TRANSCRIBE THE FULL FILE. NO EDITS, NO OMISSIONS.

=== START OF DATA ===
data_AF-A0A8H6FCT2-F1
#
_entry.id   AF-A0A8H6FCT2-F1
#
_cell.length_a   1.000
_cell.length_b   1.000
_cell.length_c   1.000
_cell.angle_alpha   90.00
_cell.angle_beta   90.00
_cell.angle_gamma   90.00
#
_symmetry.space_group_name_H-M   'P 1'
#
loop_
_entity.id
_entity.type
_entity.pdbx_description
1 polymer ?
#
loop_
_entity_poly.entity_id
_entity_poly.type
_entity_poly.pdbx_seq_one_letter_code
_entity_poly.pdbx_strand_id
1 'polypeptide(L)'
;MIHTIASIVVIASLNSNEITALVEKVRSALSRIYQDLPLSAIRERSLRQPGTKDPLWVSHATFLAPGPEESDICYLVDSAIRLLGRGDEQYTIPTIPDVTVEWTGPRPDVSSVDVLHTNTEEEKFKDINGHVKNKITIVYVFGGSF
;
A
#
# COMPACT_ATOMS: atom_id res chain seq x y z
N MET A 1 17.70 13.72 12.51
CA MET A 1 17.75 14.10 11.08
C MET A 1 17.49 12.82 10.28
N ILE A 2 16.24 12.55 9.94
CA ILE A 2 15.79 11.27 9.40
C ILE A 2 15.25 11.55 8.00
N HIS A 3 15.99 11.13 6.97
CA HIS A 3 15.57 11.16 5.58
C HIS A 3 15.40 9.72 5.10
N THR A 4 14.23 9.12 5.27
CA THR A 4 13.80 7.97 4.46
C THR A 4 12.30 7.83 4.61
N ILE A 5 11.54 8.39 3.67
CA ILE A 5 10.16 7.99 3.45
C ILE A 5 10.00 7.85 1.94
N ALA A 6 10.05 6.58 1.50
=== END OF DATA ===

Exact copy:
data_AF-A0A8H6FCT2-F1
#
_entry.id   AF-A0A8H6FCT2-F1
#
_cell.length_a   1.000
_cell.length_b   1.000
_cell.length_c   1.000
_cell.angle_alpha   90.00
_cell.angle_beta   90.00
_cell.angle_gamma   90.00
#
_symmetry.space_group_name_H-M   'P 1'
#
loop_
_entity.id
_entity.type
_entity.pdbx_description
1 polymer ?
#
loop_
_entity_poly.entity_id
_entity_poly.type
_entity_poly.pdbx_seq_one_letter_code
_entity_poly.pdbx_strand_id
1 'polypeptide(L)'
;MIHTIASIVVIASLNSNEITALVEKVRSALSRIYQDLPLSAIRERSLRQPGTKDPLWVSHATFLAPGPEESDICYLVDSAIRLLGRGDEQYTIPTIPDVTVEWTGPRPDVSSVDVLHTNTEEEKFKDINGHVKNKITIVYVFGGSF
;
A
#
# COMPACT_ATOMS: atom_id res chain seq x y z
N MET A 1 17.70 13.72 12.51
CA MET A 1 17.75 14.10 11.08
C MET A 1 17.49 12.82 10.28
N ILE A 2 16.24 12.55 9.94
CA ILE A 2 15.79 11.27 9.40
C ILE A 2 15.25 11.55 8.00
N HIS A 3 15.99 11.13 6.97
CA HIS A 3 15.57 11.16 5.58
C HIS A 3 15.40 9.72 5.10
N THR A 4 14.23 9.12 5.27
CA THR A 4 13.80 7.97 4.46
C THR A 4 12.30 7.83 4.61
N ILE A 5 11.54 8.39 3.67
CA ILE A 5 10.16 7.99 3.45
C ILE A 5 10.00 7.85 1.94
N ALA A 6 10.05 6.58 1.50